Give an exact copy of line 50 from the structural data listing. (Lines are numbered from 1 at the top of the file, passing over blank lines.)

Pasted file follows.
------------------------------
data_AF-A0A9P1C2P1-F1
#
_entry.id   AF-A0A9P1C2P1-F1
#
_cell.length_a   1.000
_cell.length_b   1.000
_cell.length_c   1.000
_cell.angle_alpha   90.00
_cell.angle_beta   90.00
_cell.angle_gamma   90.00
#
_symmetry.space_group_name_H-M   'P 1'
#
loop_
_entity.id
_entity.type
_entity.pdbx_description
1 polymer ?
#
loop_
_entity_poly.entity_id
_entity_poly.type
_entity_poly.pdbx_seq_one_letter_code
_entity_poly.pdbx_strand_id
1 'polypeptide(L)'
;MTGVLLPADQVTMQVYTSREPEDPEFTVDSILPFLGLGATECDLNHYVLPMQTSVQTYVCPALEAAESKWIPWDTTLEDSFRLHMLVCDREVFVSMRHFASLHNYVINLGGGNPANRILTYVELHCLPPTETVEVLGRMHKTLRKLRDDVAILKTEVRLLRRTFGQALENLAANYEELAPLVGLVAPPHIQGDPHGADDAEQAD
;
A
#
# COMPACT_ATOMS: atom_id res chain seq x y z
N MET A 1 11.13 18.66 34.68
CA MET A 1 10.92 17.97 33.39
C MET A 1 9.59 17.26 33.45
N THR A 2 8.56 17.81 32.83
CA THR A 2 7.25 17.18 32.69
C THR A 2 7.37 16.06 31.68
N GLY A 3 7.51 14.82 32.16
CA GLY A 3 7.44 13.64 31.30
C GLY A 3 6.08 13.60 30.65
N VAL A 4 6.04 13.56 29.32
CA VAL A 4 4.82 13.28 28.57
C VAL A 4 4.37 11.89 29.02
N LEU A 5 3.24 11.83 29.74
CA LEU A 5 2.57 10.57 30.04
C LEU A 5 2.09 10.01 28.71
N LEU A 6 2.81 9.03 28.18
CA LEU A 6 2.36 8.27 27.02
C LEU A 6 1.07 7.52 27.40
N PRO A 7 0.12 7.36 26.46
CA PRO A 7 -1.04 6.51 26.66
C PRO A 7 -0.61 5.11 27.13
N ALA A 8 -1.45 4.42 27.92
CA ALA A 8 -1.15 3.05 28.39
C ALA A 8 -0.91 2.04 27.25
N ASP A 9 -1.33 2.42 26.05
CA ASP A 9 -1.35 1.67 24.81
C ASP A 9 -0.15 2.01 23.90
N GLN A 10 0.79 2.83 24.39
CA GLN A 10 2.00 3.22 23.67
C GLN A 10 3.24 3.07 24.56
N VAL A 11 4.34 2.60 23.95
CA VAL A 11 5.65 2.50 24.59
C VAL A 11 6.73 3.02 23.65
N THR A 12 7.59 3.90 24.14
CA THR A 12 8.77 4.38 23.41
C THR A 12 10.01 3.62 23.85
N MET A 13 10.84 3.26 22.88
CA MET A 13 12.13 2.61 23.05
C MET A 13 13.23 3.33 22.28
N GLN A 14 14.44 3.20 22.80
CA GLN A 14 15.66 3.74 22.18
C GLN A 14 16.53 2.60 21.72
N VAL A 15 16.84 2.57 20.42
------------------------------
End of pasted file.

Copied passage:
CA PRO A 7 -1.04 6.51 26.66